HIES continues to receive $75000 annually from the Social Equity budget of School District 71 to coordinate and operate its programs and services.
The Executive of HIES/PAC raise concerns about being responsible for such a large budget and the two entities agree to separate. Each group will have its own Executive. PAC will now be a regular Parent Advisory Council and HIES will oversee the many community programs that have been created under its Community School focus and will also manage all the assets of the Society.
An Assistant Coordinator was hired to share the workload and shadow the Coordinator position.
HIES receives $46,0000 from the Social Equity budget of School District 71 after extensive lobbying to maintain funding. The challenge is convincing the School District Board members that our youth meet the criteria for “youth at risk” as laid out in the Social Equity budget guidelines.
Clyde Woolman, Superintendant of School District 71, ends the District agreement with HIES to jointly employ the Community School Coordinator.
HIES receives $46,000 from the LINKS budget of School District 71 after extensive lobbying to maintain funding. The position of Assistant is eliminated and the duties that were carried out by that position, returned to the Community School Coordinator.
HIES receives $29,000 from the LINKS budget of School District 71 after extensive lobbying to maintain funding.
HIES receives $20,000 from the LINKS budget of School District 71 after extensive lobbying to maintain funding.
HIES receives $20,000 from the operating budget of School District 71 after extensive lobbying to maintain funding. The position of Community School Coordinator is eliminated, The School Board ceases to administrate the salary of the Coordinator. HIES creates a part time Executive Director position to oversee the business of the Society, including the funding and monitoring of existing Community School programs. Community Education classes for adults are eliminated. The coordination and daily management of the remaining programs and services are fostered out to various agencies and staff.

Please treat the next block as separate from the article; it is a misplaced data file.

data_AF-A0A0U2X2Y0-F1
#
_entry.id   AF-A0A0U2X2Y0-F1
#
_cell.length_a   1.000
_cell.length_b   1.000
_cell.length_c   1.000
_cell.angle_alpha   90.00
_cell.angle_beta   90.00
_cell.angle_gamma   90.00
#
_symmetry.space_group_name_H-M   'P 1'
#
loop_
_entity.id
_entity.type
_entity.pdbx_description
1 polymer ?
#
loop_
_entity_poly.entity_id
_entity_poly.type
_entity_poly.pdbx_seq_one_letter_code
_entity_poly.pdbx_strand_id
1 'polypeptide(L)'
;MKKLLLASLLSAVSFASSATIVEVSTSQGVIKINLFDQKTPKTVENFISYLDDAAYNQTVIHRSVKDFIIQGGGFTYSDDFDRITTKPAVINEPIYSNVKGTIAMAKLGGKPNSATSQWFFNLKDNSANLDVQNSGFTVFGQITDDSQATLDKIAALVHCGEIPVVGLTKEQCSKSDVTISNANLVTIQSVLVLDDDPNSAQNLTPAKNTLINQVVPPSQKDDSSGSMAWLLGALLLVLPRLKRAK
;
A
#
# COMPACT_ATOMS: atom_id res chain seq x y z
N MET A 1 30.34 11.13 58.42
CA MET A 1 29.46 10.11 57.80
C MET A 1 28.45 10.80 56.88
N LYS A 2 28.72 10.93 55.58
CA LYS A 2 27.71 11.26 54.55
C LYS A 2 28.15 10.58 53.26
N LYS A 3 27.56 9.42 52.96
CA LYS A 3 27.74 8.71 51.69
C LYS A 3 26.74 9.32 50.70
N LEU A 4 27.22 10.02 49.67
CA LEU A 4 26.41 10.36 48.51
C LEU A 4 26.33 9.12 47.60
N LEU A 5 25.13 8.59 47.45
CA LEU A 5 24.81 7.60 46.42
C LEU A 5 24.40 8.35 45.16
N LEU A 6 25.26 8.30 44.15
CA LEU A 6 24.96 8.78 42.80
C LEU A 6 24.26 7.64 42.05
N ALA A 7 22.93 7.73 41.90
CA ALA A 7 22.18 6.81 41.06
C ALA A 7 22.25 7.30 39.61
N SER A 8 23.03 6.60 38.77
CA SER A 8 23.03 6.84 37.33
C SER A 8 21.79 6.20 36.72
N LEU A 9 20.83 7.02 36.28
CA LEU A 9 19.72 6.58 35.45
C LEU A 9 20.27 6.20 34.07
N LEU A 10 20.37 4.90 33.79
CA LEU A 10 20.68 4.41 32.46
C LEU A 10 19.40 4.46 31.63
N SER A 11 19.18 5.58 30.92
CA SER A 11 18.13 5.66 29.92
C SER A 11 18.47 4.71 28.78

HIES receives an additional $10,000 from the LINKS budget of School District 71 to support programs for the Hornby youth.
The Board responds to the direction of the Community and under its Community Programs aspect, initiates, facilitates, coordinates and sustains programs in a variety of areas that meet community needs. The Community Programs aspect of HIES operates with many local partners and links with off island agencies as well to provide as complete a service as possible. The Board‘s main tasks are to oversee the Community Programs and manage the buildings that it owns – Room to Grow, the Teen Trailer and The Kitchen building. HIES manages the Hornby Island Community Fund, the Bruce Fairbairn Memorial Bursary, the Hornby Island Memorial Scholarship, The Seabreeze/Bishop Family Scholarship and partners with the Denman Community School and Denman Church to manage the Denman Island United Church Memorial Fund.
Since the primary mandate of HIES is to provide services and programs that are accessible to all who wish to participate, subsidies are available to all who request them. Funding for the various programs and services comes from user fees, fundraising, the Ministry of Education, the Ministry of Children and Family Development, Hornby Island Recreation tax dollars and the Gaming Commission. Other program and/or project specific grants are obtained whenever possible.